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Elon Musk and the End of #MeToo

Elon Musk and the End of #MeToo
Elon Musk (AP)

Paul du Quenoy By Tuesday, 24 May 2022 08:45 AM EDT Current | Bio | Archive

Until last week, billionaire entrepreneur Elon Musk was merely the savior of free speech. Poised to buy full ownership of Twitter, he stood on the verge of liberating the influential social media platform from pervasive, politically-biased censorship by its woke employees.

As a senior engineer at Twitter candidly admitted on video, his colleagues do “not believe in free speech” and are “actually censoring the right and not the left.”

Leftist attitudes soured further when Musk posted a series of tweets criticizing Twitter’s old management for its aggressive wokeism and apparent manipulation of algorithms to control the flow of information.

He suggested significant layoffs, hinted that former president Donald J. Trump might be allowed to return to the platform, and revealed that he will from now on vote for Republicans instead of Democrats because he believes the Democrats have become “the party of division & hate.”

Powerless against Musk’s billions, and confronted by mounting evidence of unsavory practices at Twitter, cranky legacy media scolds could only cringe at the prospect of fellow citizens exercising their civil rights and indulge in unconvincing bouts of reductio ad Hitlerum whenever Musk’s name was mentioned.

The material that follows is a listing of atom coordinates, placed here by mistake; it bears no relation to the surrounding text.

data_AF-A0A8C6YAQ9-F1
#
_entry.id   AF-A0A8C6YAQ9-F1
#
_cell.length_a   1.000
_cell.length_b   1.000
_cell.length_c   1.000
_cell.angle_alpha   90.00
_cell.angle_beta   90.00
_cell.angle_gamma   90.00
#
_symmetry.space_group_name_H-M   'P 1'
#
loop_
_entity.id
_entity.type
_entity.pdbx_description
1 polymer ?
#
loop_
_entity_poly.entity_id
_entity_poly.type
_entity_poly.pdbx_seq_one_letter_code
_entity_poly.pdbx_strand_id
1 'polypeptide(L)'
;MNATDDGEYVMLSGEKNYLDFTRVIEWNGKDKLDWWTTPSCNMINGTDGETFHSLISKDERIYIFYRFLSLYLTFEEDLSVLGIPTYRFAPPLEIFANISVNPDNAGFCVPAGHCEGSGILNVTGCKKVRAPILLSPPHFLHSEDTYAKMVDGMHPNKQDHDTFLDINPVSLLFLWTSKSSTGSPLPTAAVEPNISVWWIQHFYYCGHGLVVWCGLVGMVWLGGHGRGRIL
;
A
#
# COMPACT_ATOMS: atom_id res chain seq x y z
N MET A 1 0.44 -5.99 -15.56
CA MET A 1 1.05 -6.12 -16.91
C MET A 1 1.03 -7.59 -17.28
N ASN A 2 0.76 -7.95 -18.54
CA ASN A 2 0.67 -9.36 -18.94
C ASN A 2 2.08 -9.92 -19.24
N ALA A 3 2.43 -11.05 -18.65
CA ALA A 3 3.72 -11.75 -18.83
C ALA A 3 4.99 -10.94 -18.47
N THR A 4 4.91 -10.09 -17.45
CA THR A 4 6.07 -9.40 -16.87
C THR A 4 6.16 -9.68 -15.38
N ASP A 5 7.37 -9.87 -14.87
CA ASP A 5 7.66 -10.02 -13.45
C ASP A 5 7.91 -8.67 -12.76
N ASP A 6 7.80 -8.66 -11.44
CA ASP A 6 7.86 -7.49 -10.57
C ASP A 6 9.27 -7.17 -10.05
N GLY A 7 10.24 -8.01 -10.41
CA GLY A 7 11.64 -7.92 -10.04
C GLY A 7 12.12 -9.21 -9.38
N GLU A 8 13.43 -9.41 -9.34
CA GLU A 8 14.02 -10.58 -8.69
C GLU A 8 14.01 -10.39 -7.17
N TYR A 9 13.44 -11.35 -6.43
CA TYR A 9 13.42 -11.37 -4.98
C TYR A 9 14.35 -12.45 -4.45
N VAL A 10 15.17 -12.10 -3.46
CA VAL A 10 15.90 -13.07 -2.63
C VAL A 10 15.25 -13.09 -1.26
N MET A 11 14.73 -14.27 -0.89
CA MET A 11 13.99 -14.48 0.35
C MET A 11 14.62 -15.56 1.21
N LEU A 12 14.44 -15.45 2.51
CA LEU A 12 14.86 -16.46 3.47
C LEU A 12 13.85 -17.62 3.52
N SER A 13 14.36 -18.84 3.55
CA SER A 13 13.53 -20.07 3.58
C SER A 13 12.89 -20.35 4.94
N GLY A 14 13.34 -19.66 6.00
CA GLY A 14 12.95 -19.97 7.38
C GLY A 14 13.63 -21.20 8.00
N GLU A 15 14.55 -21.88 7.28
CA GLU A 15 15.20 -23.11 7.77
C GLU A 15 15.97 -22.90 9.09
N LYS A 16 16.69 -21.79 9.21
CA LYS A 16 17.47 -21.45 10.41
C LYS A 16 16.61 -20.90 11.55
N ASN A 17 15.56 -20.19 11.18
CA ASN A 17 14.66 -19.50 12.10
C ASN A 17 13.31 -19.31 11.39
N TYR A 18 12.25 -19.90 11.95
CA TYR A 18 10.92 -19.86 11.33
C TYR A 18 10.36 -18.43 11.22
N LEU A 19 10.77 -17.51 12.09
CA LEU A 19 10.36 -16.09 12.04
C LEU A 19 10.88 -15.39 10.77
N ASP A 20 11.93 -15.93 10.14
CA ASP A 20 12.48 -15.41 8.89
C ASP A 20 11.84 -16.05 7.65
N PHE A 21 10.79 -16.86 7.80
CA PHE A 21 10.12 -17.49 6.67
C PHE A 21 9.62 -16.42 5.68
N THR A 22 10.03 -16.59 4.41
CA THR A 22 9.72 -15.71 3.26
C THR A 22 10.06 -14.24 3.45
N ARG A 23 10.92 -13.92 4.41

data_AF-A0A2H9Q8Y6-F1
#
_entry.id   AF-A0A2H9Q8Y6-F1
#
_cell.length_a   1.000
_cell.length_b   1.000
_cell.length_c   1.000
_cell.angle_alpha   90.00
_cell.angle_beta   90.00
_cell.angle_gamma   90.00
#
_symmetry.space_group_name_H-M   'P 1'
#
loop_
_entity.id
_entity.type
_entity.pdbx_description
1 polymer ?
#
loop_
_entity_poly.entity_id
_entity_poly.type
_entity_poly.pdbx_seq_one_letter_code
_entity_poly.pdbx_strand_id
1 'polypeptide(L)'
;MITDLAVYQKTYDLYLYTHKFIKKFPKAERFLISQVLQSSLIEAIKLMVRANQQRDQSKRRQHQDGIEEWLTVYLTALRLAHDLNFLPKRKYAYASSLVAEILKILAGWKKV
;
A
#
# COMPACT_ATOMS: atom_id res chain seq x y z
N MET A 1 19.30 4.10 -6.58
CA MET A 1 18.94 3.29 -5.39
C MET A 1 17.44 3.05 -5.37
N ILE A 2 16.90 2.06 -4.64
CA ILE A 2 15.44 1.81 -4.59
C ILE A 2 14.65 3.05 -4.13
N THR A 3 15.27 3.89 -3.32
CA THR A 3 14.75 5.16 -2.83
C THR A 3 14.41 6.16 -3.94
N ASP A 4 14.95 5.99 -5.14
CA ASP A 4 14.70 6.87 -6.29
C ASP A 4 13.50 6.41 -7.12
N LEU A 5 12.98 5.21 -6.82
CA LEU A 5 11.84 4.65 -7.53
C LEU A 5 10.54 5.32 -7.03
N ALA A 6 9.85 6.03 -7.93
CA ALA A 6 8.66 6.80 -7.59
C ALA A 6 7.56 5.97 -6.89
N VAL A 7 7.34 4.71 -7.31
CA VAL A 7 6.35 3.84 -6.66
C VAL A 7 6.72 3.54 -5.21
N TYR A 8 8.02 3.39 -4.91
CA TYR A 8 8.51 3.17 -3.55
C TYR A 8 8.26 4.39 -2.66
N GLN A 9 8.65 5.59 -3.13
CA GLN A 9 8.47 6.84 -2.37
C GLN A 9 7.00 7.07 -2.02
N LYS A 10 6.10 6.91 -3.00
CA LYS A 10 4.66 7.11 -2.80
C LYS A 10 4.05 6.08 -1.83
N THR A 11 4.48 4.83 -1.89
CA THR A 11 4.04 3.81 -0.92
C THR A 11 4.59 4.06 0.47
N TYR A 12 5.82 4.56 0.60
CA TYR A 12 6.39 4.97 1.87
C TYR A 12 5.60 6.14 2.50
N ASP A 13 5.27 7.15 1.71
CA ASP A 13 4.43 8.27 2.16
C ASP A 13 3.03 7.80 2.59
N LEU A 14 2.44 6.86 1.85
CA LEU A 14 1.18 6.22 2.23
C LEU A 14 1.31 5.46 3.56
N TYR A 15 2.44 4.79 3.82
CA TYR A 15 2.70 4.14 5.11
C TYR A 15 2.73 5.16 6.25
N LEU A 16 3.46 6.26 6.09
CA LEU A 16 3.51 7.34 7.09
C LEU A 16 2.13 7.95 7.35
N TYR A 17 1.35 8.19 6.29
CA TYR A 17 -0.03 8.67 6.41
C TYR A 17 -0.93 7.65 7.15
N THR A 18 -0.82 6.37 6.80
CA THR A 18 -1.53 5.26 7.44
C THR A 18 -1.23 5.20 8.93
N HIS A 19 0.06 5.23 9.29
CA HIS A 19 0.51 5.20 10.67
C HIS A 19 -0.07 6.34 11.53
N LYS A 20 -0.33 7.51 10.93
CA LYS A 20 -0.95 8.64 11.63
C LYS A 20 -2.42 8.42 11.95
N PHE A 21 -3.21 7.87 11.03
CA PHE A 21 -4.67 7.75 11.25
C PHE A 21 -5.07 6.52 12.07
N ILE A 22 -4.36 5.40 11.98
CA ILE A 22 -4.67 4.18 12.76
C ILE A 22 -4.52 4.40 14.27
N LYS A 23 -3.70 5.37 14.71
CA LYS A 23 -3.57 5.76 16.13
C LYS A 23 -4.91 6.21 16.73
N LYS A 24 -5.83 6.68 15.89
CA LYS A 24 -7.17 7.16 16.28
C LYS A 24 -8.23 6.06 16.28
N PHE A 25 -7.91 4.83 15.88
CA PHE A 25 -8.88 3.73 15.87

Musk is a smart man and knew what was coming next. On the same day he signaled his new political allegiance, he presciently tweeted “political attacks on me will escalate dramatically in coming months.”

As if on cue, they arrived within a matter of hours. The next day a “friend” of a former SpaceX flight attendant divulged that Musk’s space exploration company had paid $250,000 to settle a sexual harassment claim brought by the former employee, who had signed a nondisclosure and nondisparagement agreement in exchange for the payoff.

According to the allegations, in 2016 Musk exposed himself to the flight attendant during an in-flight massage and suggested that he would give her a horse if she sexually gratified him.

There is no evidence that the alleged incident ever happened. Musk admitted no amount of guilt as a condition of the settlement, and has consistently denied any wrongdoing.

This would not have saved him in an America where #MeToo continued to be a potent force, however. In the sanctimonious “reckoning” foisted upon our society by social justice zealots hysterically seeking revenge for Trump’s election five years ago, Musk would have been presumed guilty, forced out of his companies, erased from public recognition, compelled to issue a platitudinous apology to all those whom he may have hurt, and vaporized out of public life.

Twitter would have been spared his purported right-wing whims, horses-for-happy-end quid pro quos, and toxic masculinity. More importantly, it would have continued to function as an unchecked censor of disfavored people and views.

That certainly seemed to be the intention of the leaker, who moralized that “someone with that level of power causing that kind of harm and then throwing some money at the situation, that’s not accountability.”

But none of the usual consequences materialized. The magnitude of the Twitter deal’s free speech implications, together with Musk’s unabashed political statements on the eve of the revelation, left little doubt about what this #MeToo eruption really was — a desperate attempt to blacken his name and possibly prevent a massive liberation of free speech in an important public forum.